Mon March 19, 2012
The Commonwealth

Public Corruption Risk High in Kentucky

As is often the case with government reform efforts, the Kentucky General Assembly enacted ethics laws in response to an embarrassing scandal. “BOPTROT” was a federal investigation of the Kentucky legislature in the 1990s, so-named because it involved a powerful legislative committee, Business Organizations and Professions, and horse racing. It exposed 15 state lawmakers who sold their votes, some for as little as $100.

Following BOPTROT, the Kentucky General Assembly enacted laws restricting interactions between legislators and lobbyists. The reforms also required financial disclosure by legislators and detailed disclosure by lobbyists of their spending, whom they represent and how they are compensated.

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Mon March 19, 2012
State Capitol

General Assembly Winds Down

Kentucky’s General Assembly is heading down the stretch in the 2012 legislative session. Lawmakers have ten legislative days left to pass budget and road plan bills, in addition to any other matter. Many important topics that were priorities for some lawmakers—like raising the dropout age, fixing the state’s problems with Medicaid Managed Care Organizations and drug abuse legislation—has yet to pass both chambers in the same form. This means for the bills to become law, legislators will have to form conference committees and reach an agreement.

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Sun March 18, 2012
Presidential Race

Just Who Is Leonard Wood, Anyway?

Originally published on Wed March 21, 2012 11:18 am

Leonard Wood was a U.S. general and doctor who ran for president in 1920. He lost the nomination to Warren Harding.
Public domain image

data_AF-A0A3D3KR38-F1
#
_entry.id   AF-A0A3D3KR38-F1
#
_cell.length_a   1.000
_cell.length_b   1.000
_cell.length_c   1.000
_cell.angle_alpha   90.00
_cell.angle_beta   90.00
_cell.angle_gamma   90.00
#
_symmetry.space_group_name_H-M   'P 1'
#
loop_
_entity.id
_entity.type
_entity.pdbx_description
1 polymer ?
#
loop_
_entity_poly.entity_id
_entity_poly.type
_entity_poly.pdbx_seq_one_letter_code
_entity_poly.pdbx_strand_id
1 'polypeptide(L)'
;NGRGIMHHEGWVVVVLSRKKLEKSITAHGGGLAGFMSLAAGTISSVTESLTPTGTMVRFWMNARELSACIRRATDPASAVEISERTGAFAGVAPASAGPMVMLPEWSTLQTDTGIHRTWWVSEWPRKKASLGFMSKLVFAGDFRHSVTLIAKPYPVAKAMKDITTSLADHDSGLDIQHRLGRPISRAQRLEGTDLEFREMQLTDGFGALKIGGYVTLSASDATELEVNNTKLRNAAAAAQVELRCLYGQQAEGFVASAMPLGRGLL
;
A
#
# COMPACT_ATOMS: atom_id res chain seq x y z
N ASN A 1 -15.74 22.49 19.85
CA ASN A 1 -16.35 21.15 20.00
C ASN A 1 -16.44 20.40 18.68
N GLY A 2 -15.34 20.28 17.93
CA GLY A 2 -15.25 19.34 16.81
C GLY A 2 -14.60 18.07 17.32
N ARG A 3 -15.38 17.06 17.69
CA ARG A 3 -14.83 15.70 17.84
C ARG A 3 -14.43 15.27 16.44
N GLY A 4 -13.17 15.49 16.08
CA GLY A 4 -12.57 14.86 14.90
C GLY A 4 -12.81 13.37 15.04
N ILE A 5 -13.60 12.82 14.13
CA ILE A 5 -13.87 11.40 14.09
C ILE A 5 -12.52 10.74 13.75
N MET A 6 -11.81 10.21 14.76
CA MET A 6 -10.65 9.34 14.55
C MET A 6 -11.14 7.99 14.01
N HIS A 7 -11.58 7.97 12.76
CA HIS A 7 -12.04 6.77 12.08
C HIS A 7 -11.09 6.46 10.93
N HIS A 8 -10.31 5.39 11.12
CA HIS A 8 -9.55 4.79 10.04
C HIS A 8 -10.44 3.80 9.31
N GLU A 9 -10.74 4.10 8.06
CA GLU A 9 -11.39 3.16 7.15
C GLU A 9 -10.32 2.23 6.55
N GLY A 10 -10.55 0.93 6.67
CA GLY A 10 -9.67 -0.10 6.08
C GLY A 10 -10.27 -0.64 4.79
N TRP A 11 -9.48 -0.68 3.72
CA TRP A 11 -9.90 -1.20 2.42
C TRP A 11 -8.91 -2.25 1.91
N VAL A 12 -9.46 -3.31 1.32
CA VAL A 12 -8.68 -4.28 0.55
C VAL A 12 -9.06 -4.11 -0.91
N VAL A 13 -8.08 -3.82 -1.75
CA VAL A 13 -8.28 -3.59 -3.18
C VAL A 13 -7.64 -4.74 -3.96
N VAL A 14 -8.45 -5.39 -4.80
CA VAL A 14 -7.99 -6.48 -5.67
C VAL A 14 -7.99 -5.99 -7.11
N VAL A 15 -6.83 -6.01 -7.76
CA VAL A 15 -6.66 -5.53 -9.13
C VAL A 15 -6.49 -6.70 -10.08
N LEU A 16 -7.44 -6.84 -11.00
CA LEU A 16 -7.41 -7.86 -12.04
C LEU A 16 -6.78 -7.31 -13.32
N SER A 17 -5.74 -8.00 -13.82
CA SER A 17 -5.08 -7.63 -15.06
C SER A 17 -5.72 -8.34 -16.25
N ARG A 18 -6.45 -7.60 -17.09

Former House Speaker and presidential candidate Newt Gingrich has been calling his opponent Mitt Romney the weakest front-runner in modern times.

On CNN, he clarified it when he said the former Massachusetts governor is probably the "weakest front-runner since Leonard Wood in 1920."

So, who was Leonard Wood?

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Sun March 18, 2012
Presidential Race

GOP's Delegate Race A Game Of 'Political Moneyball'

There's a number hovering around the GOP presidential race: 1,144. That's the magic number of delegates needed to secure the party's nomination.

Former Massachusetts Gov. Mitt Romney has a little less than half that number right now, but he's still ahead of his closest rival, former U.S. Sen. Rick Santorum.

Santorum is a threat, however, so the two candidates seem to be sharpening their math skills.

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Sun March 18, 2012

'A Salesman' Lives On In Philip Seymour Hoffman

Bridgette Lacombe

When Philip Seymour Hoffman took the stage on March 15 in the new revival of Arthur Miller's Death of a Salesman, he became the fifth actor in 63 years to walk the boards of Broadway in the shoes of the blustery, beleaguered salesman, Willy Loman. In the last six decades, each incarnation of the play has resonated with a new generation of theatergoers.

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Sun March 18, 2012

Years Later, He Brought Her Passport Back

Originally published on Wed May 23, 2012 10:57 am

Betty Werther's passport photo from 60 years ago.
Courtesy Betty Werther

Typically, college newsletters aren't thrilling reads, but an article in a recent University of California, Berkeley, newsletter tells the story of two alums who connected in way fit for a movie.